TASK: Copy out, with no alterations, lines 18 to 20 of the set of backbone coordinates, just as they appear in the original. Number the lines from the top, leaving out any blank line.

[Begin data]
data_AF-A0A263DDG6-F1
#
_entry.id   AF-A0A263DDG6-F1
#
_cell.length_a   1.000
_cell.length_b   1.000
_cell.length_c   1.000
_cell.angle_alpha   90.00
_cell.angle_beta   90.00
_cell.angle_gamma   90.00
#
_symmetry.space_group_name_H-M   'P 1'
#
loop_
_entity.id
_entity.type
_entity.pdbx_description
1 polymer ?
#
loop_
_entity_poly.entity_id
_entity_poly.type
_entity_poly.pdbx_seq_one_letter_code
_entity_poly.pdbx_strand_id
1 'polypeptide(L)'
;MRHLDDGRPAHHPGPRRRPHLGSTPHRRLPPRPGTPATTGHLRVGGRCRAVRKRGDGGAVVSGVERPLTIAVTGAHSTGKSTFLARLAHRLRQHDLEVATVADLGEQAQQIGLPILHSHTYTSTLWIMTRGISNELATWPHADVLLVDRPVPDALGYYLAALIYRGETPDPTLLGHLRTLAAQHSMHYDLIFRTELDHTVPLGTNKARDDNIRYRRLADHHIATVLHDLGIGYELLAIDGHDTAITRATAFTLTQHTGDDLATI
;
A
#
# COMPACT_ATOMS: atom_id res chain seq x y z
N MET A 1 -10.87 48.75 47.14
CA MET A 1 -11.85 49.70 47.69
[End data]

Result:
1 polymer ?
#
loop_